Alfred Hitchcock's first talkie was also an Onslaught card about the nefarious Cabal's criminal practices.
Hitchcock has had a more direct homage in Ice Age, as proven by the fact that Drew Tucker's art for this card is the explicit reproduction of a key scene from the incomparable mystery with James Stewart and Kim Novak.
This off-kilter indie classic shares its name with a card from Urza's Destiny.
The title of the seminal vigilante movie with Charles Bronson popped up in Judgment.
Michael Cimino's notorious career ender was a similarly poorly received card from Legends.
This entirely insignificant vanilla beater from Legends bears, quite comically, the same name of Martin Scorsese's major masterwork.
This card from Planar Chaos, mostly known as a combo piece, is a doppelgänger in name of Brian De Palma's risqué thriller.
The title of Paul Verhoeven's violent medieval drama is sometimes spelled with a "+" in place of the "and"—much in the same way its namesake from Dragon's Maze is only known as "Flesh and Blood" due to the conventional way to parse the names of split cards from that era.
This tense political drama with Kevin Costner and Gene Hackman was only recently matched with a Magic card of the same name from Innistrad: Midnight Hunt.
David Cronenberg's disturbing medical horror has its own dead ringer in Apocalypse.
Kevin Costner again, this time dealing with a ghostly baseball fantasy. Legends was on the ball.
A card from Legends once again made for a possibly unwilling movie reference. To be fair, The Abyss is suggestive of many different ideas, not just the ocean depths of James Cameron's sci-fi adventure.
The Owen Wilson thriller from 2015 may be slightly more relevant than the Ray Liotta actioner from 1994. Both are unwittingly represented by a card from War of the Spark.
By the way, we have already crossed the temporal line of the creation of Magic, which means that cards can predate films. It's not the case for Van Damme's action flick, though, as Sudden Death was first printed eleven years later in Time Spiral.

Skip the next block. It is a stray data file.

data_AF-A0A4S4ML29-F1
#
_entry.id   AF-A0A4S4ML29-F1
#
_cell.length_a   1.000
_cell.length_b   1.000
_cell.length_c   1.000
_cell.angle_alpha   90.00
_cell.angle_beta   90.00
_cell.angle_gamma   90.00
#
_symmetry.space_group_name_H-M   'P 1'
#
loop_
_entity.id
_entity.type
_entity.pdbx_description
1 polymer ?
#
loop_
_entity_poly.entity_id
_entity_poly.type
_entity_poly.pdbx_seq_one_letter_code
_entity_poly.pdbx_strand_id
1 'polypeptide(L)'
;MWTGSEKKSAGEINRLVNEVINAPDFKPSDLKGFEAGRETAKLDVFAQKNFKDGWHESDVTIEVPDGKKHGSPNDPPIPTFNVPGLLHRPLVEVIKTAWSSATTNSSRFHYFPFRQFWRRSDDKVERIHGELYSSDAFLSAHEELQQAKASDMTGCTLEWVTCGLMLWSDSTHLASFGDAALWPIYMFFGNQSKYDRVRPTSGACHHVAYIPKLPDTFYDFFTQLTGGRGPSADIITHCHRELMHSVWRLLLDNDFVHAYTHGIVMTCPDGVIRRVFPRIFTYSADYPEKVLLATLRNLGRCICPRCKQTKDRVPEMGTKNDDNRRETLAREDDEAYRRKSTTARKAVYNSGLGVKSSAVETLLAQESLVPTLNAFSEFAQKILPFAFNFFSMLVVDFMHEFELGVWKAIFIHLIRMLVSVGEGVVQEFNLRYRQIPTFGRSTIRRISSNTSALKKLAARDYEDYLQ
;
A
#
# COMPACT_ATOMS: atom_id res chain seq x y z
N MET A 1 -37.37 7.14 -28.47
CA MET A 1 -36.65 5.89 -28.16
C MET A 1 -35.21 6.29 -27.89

Michael Bay's epitome of silly disaster movies is just named after the same "end times" Biblical concept as the iconic sweeper from Limited Edition Alpha. But it's still a funny coincidence.
The most important film with a title that roughly corresponds to the name of the blue creature from The Dark is 1943's The Ghost Ship, from the stable of legendary RKO producer Val Lewton. Among those that instead are an exact match, this 2002 deep sea haunting is actually not as bad as they say, but it came out eight years after the card.
Another case of prescient reference. Ghost Town from Tempest was released in 1997; the comedy with Ricky Gervais seeing ghosts hit the screens more than a decade later.
And again: Mike Flanagan's specular horror was two years away when Oculus was printed in Mirrodin Besieged.
This is a bit of a trick. The film with Aaron Paul came out in 2014, but the racing video game franchise of which it is a part had its first installment in 1994, seven years before being alluded to in Odyssey.
2008's Eventide is certainly not Magic's oldest set, but it was still seven years ahead of the award-winning Pixar film of the same name.
Martin Scorsese has got another card in his filmography thanks to Magic 2010 predicting the title of his historical epic about two Jesuit priests in seventeenth-century Japan.
The survival drama that launched the career of Thomasin McKenzie was already a Magic card at the time of its release, due to Ravnica: City of Guilds.
Unfortunately, Phantom Carriage doesn't perfectly translate the title of the Swedish silent masterpiece The Phantom Carriage; Mortal Combat has a tamer spelling than Mortal Kombat; Sixth Sense is not 100% the same as The Sixth Sense; and Into the Wilds adds an extra letter to Into the Wild. On the other hand, Tome Raider is most definitely a tongue-in-cheek pun/reference to the video game series, whose only film adaptation simply called Tomb Raider is the 2018 reboot with Alicia Vikander.
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